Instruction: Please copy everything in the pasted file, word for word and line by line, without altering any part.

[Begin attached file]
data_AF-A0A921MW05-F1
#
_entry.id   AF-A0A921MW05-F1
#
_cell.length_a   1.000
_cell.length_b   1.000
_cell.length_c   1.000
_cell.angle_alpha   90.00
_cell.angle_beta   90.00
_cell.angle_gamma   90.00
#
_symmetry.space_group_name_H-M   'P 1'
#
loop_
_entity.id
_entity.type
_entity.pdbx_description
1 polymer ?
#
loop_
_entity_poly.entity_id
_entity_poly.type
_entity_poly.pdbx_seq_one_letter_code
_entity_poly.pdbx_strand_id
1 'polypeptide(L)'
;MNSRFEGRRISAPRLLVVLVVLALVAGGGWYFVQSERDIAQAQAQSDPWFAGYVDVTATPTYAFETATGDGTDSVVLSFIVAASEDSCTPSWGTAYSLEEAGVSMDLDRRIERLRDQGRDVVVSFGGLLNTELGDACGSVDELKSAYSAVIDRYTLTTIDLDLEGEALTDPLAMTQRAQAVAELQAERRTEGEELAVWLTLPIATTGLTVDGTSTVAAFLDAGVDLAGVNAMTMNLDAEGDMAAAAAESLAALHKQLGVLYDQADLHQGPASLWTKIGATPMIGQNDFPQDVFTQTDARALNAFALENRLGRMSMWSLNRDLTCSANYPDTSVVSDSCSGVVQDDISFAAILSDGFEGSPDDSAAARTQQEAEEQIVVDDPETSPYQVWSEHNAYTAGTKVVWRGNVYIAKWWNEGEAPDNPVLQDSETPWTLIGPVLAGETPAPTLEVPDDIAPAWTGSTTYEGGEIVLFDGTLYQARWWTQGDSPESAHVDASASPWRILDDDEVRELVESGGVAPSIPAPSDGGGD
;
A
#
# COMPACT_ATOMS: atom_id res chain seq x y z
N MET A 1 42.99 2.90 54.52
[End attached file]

data_AF-A0A921MW05-F1
#
_entry.id   AF-A0A921MW05-F1
#
_cell.length_a   1.000
_cell.length_b   1.000
_cell.length_c   1.000
_cell.angle_alpha   90.00
_cell.angle_beta   90.00
_cell.angle_gamma   90.00
#
_symmetry.space_group_name_H-M   'P 1'
#
loop_
_entity.id
_entity.type
_entity.pdbx_description
1 polymer ?
#
loop_
_entity_poly.entity_id
_entity_poly.type
_entity_poly.pdbx_seq_one_letter_code
_entity_poly.pdbx_strand_id
1 'polypeptide(L)'
;MNSRFEGRRISAPRLLVVLVVLALVAGGGWYFVQSERDIAQAQAQSDPWFAGYVDVTATPTYAFETATGDGTDSVVLSFIVAASEDSCTPSWGTAYSLEEAGVSMDLDRRIERLRDQGRDVVVSFGGLLNTELGDACGSVDELKSAYSAVIDRYTLTTIDLDLEGEALTDPLAMTQRAQAVAELQAERRTEGEELAVWLTLPIATTGLTVDGTSTVAAFLDAGVDLAGVNAMTMNLDAEGDMAAAAAESLAALHKQLGVLYDQADLHQGPASLWTKIGATPMIGQNDFPQDVFTQTDARALNAFALENRLGRMSMWSLNRDLTCSANYPDTSVVSDSCSGVVQDDISFAAILSDGFEGSPDDSAAARTQQEAEEQIVVDDPETSPYQVWSEHNAYTAGTKVVWRGNVYIAKWWNEGEAPDNPVLQDSETPWTLIGPVLAGETPAPTLEVPDDIAPAWTGSTTYEGGEIVLFDGTLYQARWWTQGDSPESAHVDASASPWRILDDDEVRELVESGGVAPSIPAPSDGGGD
;
A
#
# COMPACT_ATOMS: atom_id res chain seq x y z
N MET A 1 42.99 2.90 54.52